Archive for February, 2008

new brighton

This was the most sociable part of the journey so far. Professor Rhiannon Evans accompanied me on the long trek around the Wirral coast, and we met up with Jennie at the end. A great day of walking, through some once-thriving resorts. Occasional steel frames sketching out the spaces of new buildings – I can never take buildings seriously these days, knowing that they’re just cladding on a metal skeleton – they just seem like provisional spaces, needing strong brands and service-level pacts to hold them in place.

New Brighton may not strike fear into the hearts of the Brighton, Sussex tourism industry, but it has a charm of its own and I envied the cooked breakfasts in the cafe where we had frothy coffee. We skirted round miles of coast; promenades, country parks, golf courses. Watched a fox cross a railway track; saw a bandstand with composers’ names around its rim: ‘Wagner | Sullivan’ made a nice juxtaposition. Our eventual destination, Parkgate, was (according to Rhiannon) a significant port and a bathing resort frequented by Lady Hamilton and Handel, amongst others – silt put an end to that, though there is a surreal appeal to seeing a grass-filled harbour, like the aftermath of a quiet apocalypse.

On the way, I added another souvenir to my small collection (alongside a piece of melted wheelie bin): a playing card that was lying somewhere on the miles of promenade: a Three of Hearts. Translated into the archetypal mnemonics of the Tarot this would be the Three of Cups – according to the Golden Dawn (the Ordnance Survey of the occult world) this signifies ‘Correct judgement; full measure of all good things upon proper understanding of the situation at hand; a verdict of law that offers benefit, pleasure and prosperity; the understanding of death gives one access to the pleasures of life.’ I expect the Council leave them lying around to convey this message.

Finished in the Red Lion, had a pint of Brains, perhaps the most suitable beverage to drink with Welsh hills in sight as the sun went down over the saltmarsh.

Driving back, past refineries and warehousing, noticed that the Seacombe ferry terminal is signed as a spaceport – maybe next time the itinerary will include a side-trip to Andromeda…


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Itinerant puppeteer and social commentator Walter Wilkinson visited Liverpool in the mid-Thirties. In the brief account of the visit (in Puppets through Lancashire, 1936) he and his partner Winifred remark on the Merseyside penchant for building on a massive scale: “The Mersey Tunnel is the largest sub-aqueous work of its kind in the world. The Landing Stage is the largest floating structure in the world. The spot cotton market, whatever that is, the largest in the world. The great arch of the cathedral is the amongst the largest Gothic arches ever constructed. St. Georges Hall is one of the greatest edifices in the world, and the clock on the Royal Liver Friendly Society’s building is the largest in England.” Were they to return (contributing a welcome vegetarian Socialist Punch and Judy element to the year of culture) they would find the tradition continuing: Liverpool One, for instance, will be “the biggest and most imaginative retail and leisure development in Europe.”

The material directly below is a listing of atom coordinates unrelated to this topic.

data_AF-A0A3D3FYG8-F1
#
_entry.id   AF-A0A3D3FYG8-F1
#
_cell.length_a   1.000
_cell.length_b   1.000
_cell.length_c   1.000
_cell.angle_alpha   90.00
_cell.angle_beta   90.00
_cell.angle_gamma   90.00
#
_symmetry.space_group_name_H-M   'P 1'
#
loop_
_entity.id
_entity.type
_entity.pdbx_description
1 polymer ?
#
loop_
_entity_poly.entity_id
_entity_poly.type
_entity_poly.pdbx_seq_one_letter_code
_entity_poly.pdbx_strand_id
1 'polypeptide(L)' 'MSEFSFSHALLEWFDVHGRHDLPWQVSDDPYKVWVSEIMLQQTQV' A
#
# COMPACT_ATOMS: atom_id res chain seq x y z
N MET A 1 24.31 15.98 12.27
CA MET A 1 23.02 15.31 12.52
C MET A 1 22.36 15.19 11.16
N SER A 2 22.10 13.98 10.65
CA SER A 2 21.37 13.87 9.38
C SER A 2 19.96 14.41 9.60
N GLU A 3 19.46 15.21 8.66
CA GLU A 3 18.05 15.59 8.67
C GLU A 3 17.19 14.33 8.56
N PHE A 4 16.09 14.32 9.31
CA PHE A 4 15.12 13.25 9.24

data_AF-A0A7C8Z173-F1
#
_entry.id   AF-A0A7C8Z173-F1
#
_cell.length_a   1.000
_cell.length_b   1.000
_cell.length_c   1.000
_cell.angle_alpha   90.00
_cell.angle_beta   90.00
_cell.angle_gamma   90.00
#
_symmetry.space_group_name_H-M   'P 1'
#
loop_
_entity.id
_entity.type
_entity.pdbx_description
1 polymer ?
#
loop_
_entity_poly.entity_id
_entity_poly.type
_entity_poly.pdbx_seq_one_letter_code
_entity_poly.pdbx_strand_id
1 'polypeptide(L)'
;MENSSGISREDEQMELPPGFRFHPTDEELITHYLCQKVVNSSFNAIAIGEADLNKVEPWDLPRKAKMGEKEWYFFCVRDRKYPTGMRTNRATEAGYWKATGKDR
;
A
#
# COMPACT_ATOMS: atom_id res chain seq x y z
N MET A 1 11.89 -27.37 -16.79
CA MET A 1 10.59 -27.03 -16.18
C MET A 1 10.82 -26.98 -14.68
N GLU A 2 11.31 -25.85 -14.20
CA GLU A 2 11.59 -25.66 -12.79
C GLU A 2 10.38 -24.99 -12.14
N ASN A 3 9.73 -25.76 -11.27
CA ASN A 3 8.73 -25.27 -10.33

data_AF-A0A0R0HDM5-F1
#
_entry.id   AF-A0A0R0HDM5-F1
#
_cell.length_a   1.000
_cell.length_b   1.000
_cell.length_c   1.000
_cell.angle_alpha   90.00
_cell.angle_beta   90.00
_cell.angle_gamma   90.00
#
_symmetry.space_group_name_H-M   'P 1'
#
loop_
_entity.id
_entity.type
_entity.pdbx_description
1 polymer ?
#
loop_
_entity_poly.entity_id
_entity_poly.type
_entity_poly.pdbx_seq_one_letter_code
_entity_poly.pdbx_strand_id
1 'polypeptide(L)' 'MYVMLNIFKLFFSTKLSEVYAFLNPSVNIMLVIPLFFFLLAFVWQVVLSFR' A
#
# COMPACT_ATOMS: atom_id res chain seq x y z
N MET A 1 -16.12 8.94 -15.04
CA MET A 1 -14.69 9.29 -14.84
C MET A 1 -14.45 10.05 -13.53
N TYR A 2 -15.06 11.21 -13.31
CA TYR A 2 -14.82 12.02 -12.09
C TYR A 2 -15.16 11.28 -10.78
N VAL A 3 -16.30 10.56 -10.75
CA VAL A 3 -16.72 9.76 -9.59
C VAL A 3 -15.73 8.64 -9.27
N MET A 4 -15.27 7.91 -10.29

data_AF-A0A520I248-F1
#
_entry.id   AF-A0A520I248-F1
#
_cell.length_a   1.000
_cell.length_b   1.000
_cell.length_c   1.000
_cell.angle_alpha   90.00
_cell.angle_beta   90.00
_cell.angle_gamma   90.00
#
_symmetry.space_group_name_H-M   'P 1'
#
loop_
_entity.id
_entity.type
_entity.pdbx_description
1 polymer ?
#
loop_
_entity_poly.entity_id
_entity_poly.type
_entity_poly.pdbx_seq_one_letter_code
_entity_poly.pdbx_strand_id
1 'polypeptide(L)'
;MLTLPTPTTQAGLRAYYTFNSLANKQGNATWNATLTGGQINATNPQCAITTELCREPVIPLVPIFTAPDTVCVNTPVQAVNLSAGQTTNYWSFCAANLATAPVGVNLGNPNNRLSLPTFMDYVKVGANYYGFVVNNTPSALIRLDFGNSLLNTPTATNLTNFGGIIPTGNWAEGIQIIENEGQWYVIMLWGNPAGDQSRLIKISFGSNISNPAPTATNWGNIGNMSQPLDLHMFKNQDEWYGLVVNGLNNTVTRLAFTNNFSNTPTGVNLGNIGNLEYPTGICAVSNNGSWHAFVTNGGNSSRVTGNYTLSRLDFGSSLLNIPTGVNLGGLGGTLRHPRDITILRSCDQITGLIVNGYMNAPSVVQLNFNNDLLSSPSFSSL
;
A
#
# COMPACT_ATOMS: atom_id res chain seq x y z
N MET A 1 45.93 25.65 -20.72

Travelling towards the ferry on a cold, clear February morning, I too was struck by the bigness. Once commodities like tobacco and tea, and abstractions like finance and religion were housed in buildings of scale and decorative splendour to rival the world’s Hermitages, Red Forts, Alhambras; these now now mirrored in newer stupendous structures; the glass towers of retail, leisure, and ‘urban living’. I walked through nearly-deserted, first-reel-of-last-person-alive-movie streets where traffic lights signalled to no traffic. Above me on the stone buildings, mythical creatures, heraldic beasts, infinite Celtic knotwork. At eye level, newer symbols: internet access, disabled access, CCTV, smiley customer care emoticons. And here and there, randomly altered signs like fragments of a concrete sermon: COVE_T GARDENS, _OWNING, a row of giant &&&

I was early and I wanted coffee. There was a place open, run by a London expat, who wished me well on my Wirral walk. This was nice, but his coffee was two thirds foam (that’s London for you, all promise…), so I headed to Starbucks to consolidate my caffeine. Their current slogan: GEOGRAPHY IS A FLAVOUR. This struck me as a rather stark bit of corporate/consumer honesty, a bit like saying FOREIGN PLACES TASTE NICE, or LET’S HAVE A GIGANTIC APPARATUS OF INTERNATIONAL TRADE OPERATING TO DELIVER A MILD FRISSON OF PLEASURE TO ONE OF OUR SENSES. (The sort of thing a modern Marquis De Sade with ADHD might demand.) Still, say what you like about global megacorps, their portion control is excellent, so I had a brimming beaker of spicy caffeine milk to eke out the remaining minutes until the ferry departure.